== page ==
I will say that this show struggles more with Darth Vader, and I think this is because while the show isn't a sequel to The Clone Wars it certainly acts like a sequel. We have Ashoka show for regular appearances here, leading a band of rebels as she slowly tries to fight back against the evil of the Empire. The times she interacts with Vader, and slowly realizes just who is behind the black helmet, are some of the best for her character. Vader, though, was once Anakin Skywalker and his abrupt change to this evil villain from the guy we knew over on The Clone Wars doesn't really work for his character. I know that heel turn happens (stupidly and poorly) in Episode III: Revenge of the Sith, but considering how much time we spent with Anakin in The Clone Wars, coming face to face with his old apprentice should do more for his character than we see.
As for our main cast, they're still delightful. Their arc this season is all about getting into the Rebellion proper and learning to be part of an even larger team. They were just scavengers and pirates before the Rebellion became a real thing, and now they have to work within an actually defined military structure. It's something some of the characters, like Kanan, struggle with as this new way of doing things means they can't just act on their own impulsive desires. The world is about more than our six rebel heroes, and that's a change everyone has to get used to.
I actually really liked watching the rise of the Rebellion this season because it's a part of the Star Wars lore that had only been hinted at but never explored on screen. If all you did was watch the movies you'd think the Republic became the Empire and then the Rebellion just existed, fully-formed. But considering the end of The Clone Wars and Episode III, with the Emperor taking total control, slaughtering the Jedi, and spreading his clones far and wide, that couldn't have been the case. A Rebellion like this had to take time to grow and form and this second season really shows that evolution.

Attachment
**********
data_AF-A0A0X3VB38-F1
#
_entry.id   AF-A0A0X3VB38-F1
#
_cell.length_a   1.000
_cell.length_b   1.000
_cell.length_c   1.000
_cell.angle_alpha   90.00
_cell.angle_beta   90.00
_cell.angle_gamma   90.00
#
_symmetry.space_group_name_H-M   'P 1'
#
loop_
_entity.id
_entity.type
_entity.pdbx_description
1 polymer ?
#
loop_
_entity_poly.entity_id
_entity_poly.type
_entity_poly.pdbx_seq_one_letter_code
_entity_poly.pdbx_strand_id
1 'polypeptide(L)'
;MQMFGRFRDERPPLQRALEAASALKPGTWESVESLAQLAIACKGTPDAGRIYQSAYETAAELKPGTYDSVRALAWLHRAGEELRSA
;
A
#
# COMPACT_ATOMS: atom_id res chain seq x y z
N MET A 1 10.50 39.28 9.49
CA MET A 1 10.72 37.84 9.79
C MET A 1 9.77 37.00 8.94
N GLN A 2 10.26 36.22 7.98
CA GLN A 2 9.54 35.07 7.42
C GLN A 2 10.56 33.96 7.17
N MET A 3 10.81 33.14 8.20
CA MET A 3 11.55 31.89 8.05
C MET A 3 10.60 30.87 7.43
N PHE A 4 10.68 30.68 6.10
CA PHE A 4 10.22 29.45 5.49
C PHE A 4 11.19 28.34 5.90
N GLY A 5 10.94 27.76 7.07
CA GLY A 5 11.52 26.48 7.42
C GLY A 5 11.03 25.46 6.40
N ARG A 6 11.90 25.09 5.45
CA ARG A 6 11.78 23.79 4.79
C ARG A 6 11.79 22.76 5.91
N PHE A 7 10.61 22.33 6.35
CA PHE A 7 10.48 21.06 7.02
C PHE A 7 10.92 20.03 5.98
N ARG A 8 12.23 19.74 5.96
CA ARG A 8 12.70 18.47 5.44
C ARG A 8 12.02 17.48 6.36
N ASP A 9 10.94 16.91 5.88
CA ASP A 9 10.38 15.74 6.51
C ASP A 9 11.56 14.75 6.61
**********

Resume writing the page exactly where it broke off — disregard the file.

Without the Jedi order being around, Rebels is also better able to explore what it means to be a force-wielder in this new order. Kanan and Ezra struggle with the right and wrong all the time, trying to find their path when they are, basically, the only two Jedi left (and Kanan never officially became a Jedi Knight). We do have Ashoka as well, but as she states a couple of times during the season, she's not a Jedi but something else. All three circle around the neutral aspects of the force, finding something not truly representative of the Jedi Way but still honoring the basic tenants of good and justice.
In so many ways this season is a solid evolution of what came before. It adds color and context to its previous season, and fleshes out so many events that were only hinted at by the movies. Better, though, it continues to give us a compelling tale of heroes only loosely affiliated with the Rebellion, removed largely from characters we know. it helps to make the Galaxy Far, Far Away feel like more than just one long incestuous collection of the same characters showing up again and again. "Oh, you're Palpatine's cousin? Me too!" Instead we get real characters, new storylines, and a lot of exploration of the Saga without all the focus being on the Skywalkers and Palpatines.
Considering how far the Sequel Trilogy managed to fall, it's easy to look at Rebels and see the direction a Star Wars series should take. There's plenty of tales to tell in the Galaxy Far, Far Away, and this second season of the show proves it. This is Star Wars honored and respected with stories that actually matter.